My highly unorthodox chapter head will I am sure bring down the scholarly indignation of all Sinologues upon my dillettant head “what do do you mean “interludes”- no such thing in the sense of clear separation from main text”.
I stick with the misnaming however, for a purpose”: to help accentuate what the “enfold” was meant to do.
According to the various online dictionaries, the correct translation of the genre zhezixi is “famous extract” or “highlight episode” folded into one or another longer narratives (remember that where time and cast was available, performances of full-scale stage-dramas could last 3 or more days, perhaps even beyond the stamina of the Bayreuth pilgrims. They were not the same thing as (our) interludes, eruptions of fun to lighten the mental strain of the retelling of canonical works speaking (retailing) often in translation from the Italian or French) the ballads of the troubadors (Trovatari, Meistersingern) of the pre-print age. As much as did the singers of the seemingly endless line of Orfeo operas need a breather from their recitatifs. Enough already..).
The Interlude proper in Renaissance stage works was rather “play” or “game” (ludi) free from structure, open to improvisation, especially in “ballet” – balls/masques, dressups, even occasions for persons of noble rank to try their terpsichordian skils (always applauded). Later, “The Death of Pyramus and Thisbe”, as an internal diversion within MSND, pushed the”play”-let to the point of slapstick and bawdiness,which over time births the minstrel show then “musical”, then the backdoor musical.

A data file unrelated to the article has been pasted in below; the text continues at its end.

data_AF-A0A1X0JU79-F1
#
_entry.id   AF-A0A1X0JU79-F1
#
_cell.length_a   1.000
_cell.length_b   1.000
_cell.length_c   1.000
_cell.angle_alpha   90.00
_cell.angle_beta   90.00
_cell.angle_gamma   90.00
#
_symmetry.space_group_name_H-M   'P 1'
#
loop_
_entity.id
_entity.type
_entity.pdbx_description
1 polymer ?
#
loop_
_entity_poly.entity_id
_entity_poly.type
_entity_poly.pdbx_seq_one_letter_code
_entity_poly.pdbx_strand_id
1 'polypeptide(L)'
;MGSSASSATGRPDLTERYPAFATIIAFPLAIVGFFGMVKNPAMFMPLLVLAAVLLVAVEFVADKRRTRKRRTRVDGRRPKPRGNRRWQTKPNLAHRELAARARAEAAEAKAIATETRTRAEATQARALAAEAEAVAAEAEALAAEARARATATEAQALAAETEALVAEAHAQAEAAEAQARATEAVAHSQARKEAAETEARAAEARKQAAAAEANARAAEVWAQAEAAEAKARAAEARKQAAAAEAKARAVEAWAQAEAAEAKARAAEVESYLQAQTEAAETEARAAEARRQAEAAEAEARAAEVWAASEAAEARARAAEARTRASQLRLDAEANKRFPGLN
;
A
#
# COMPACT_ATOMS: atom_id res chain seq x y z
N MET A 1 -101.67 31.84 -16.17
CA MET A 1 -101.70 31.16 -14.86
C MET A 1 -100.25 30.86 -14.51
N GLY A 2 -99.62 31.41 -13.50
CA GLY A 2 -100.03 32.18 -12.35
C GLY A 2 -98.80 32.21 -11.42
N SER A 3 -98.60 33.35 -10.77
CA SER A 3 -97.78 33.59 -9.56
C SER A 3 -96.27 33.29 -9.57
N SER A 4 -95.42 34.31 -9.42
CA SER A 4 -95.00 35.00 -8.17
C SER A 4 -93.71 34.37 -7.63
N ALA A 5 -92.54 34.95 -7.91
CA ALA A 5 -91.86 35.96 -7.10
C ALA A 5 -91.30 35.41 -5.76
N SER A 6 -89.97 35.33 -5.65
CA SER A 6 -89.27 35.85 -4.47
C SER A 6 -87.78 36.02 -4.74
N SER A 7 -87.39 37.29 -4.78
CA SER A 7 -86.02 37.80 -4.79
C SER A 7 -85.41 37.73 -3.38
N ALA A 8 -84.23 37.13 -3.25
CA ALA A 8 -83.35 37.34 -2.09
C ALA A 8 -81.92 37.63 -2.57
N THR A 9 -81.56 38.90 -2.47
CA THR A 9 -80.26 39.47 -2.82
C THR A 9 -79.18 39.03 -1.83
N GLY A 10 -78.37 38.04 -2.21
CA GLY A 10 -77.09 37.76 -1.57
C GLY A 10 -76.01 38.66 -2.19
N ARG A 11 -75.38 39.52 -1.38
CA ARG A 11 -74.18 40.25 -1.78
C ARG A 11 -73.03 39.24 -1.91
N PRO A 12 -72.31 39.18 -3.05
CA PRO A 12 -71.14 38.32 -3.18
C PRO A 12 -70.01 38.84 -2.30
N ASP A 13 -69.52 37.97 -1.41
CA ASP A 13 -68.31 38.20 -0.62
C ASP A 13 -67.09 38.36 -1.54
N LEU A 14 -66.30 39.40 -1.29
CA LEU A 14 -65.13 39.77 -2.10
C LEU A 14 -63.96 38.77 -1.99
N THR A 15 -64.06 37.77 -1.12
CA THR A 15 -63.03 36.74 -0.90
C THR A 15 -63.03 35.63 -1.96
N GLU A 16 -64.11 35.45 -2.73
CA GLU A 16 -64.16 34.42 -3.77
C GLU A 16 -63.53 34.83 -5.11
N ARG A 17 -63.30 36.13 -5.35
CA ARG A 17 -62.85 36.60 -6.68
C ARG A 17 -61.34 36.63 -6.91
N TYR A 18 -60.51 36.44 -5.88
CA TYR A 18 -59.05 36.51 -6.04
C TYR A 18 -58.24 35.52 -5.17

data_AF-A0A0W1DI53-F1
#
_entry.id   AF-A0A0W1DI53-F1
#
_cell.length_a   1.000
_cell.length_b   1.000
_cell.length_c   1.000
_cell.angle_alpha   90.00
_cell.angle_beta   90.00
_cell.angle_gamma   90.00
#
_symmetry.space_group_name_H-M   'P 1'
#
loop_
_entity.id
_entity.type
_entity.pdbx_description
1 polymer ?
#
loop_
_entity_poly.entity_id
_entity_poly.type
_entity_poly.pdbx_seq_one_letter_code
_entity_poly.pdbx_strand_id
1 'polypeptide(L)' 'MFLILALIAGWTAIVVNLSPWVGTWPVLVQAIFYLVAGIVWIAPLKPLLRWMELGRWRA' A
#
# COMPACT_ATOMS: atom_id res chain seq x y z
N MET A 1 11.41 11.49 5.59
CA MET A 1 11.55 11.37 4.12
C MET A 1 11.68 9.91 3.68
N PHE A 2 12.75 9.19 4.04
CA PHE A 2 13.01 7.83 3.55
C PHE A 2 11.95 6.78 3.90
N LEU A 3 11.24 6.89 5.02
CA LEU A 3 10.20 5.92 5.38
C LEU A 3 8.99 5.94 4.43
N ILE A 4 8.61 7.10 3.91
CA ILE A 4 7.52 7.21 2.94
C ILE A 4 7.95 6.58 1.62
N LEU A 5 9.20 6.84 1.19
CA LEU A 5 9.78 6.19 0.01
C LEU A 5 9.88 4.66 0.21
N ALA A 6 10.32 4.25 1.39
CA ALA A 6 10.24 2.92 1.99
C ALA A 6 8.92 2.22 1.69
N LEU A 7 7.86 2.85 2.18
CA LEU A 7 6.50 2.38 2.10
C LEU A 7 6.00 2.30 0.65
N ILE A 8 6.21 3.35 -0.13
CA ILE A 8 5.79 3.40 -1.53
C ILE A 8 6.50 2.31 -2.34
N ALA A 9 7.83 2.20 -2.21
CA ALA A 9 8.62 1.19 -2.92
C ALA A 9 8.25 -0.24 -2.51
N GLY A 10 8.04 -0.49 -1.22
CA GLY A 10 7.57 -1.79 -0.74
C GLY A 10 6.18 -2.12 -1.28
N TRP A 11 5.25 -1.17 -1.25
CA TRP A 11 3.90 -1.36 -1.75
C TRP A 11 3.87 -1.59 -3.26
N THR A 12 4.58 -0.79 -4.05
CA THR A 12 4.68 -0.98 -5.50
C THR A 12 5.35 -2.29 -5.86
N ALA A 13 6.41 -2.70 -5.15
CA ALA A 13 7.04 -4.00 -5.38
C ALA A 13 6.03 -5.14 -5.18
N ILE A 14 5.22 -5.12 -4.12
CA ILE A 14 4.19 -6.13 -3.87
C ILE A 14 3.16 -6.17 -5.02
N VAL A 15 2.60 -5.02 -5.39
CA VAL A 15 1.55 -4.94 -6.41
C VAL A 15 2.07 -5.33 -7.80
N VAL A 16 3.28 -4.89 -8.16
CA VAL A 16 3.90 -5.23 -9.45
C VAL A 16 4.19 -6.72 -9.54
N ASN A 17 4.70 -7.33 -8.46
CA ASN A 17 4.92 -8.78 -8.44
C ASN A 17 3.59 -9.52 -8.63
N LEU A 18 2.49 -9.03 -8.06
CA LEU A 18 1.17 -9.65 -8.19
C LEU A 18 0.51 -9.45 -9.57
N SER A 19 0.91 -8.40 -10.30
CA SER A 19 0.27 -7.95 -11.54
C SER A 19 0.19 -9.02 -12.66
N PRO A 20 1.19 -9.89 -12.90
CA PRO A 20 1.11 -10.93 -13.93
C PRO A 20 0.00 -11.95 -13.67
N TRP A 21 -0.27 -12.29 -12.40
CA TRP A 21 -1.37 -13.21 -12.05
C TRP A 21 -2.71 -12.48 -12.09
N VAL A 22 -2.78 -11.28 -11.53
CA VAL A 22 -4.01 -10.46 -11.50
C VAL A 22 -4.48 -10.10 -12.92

The hard-to-traslate “enfolded playlet” was nothing of the sort: written in the manner, perhaps, of chapter summaries by the very same scribe(s) who created (re-created) the zillion-chapter main texts (printed for salacious readers)their tone was if anything more tense and evocative than the main chaptered text.
The ‘special scene’ while an extract and highlight, does not pick up the nuance of “jumping-out-of the vernacular shuobai”. nor could it if vortices of enraged or extreme emotion, spilling over into wild (hysterical) speech and gesture, is the dramatic effect that sets these lacunae apart from predictable a diction. Wu Song’s horrifying butchering of”Golden Lotus” is no highlighted painting”: it is rather a flight into intemperate madness – the essence of opera, terror and irratioanality.